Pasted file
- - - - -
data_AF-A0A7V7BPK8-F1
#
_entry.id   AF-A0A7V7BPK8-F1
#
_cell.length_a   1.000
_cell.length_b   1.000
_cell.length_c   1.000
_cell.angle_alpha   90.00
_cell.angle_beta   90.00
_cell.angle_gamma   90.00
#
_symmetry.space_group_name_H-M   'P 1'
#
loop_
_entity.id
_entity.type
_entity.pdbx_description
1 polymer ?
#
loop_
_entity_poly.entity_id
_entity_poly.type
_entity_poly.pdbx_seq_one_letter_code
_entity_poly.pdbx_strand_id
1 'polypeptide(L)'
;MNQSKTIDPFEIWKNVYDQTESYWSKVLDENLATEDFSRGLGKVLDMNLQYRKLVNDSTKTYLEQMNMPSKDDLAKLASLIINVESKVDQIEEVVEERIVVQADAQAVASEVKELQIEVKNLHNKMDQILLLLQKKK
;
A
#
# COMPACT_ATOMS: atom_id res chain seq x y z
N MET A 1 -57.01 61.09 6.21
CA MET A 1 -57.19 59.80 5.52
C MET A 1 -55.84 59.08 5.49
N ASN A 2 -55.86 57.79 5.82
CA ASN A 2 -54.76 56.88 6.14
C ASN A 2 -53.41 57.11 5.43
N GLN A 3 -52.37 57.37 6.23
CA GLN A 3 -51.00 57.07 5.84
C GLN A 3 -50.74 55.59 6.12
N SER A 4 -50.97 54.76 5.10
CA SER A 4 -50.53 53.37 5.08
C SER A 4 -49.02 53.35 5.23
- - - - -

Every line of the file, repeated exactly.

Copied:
data_AF-A0A7V7BPK8-F1
#
_entry.id   AF-A0A7V7BPK8-F1
#
_cell.length_a   1.000
_cell.length_b   1.000
_cell.length_c   1.000
_cell.angle_alpha   90.00
_cell.angle_beta   90.00
_cell.angle_gamma   90.00
#
_symmetry.space_group_name_H-M   'P 1'
#
loop_
_entity.id
_entity.type
_entity.pdbx_description
1 polymer ?
#
loop_
_entity_poly.entity_id
_entity_poly.type
_entity_poly.pdbx_seq_one_letter_code
_entity_poly.pdbx_strand_id
1 'polypeptide(L)'
;MNQSKTIDPFEIWKNVYDQTESYWSKVLDENLATEDFSRGLGKVLDMNLQYRKLVNDSTKTYLEQMNMPSKDDLAKLASLIINVESKVDQIEEVVEERIVVQADAQAVASEVKELQIEVKNLHNKMDQILLLLQKKK
;
A
#
# COMPACT_ATOMS: atom_id res chain seq x y z
N MET A 1 -57.01 61.09 6.21
CA MET A 1 -57.19 59.80 5.52
C MET A 1 -55.84 59.08 5.49
N ASN A 2 -55.86 57.79 5.82
CA ASN A 2 -54.76 56.88 6.14
C ASN A 2 -53.41 57.11 5.43
N GLN A 3 -52.37 57.37 6.23
CA GLN A 3 -51.00 57.07 5.84
C GLN A 3 -50.74 55.59 6.12
N SER A 4 -50.97 54.76 5.10
CA SER A 4 -50.53 53.37 5.08
C SER A 4 -49.02 53.35 5.23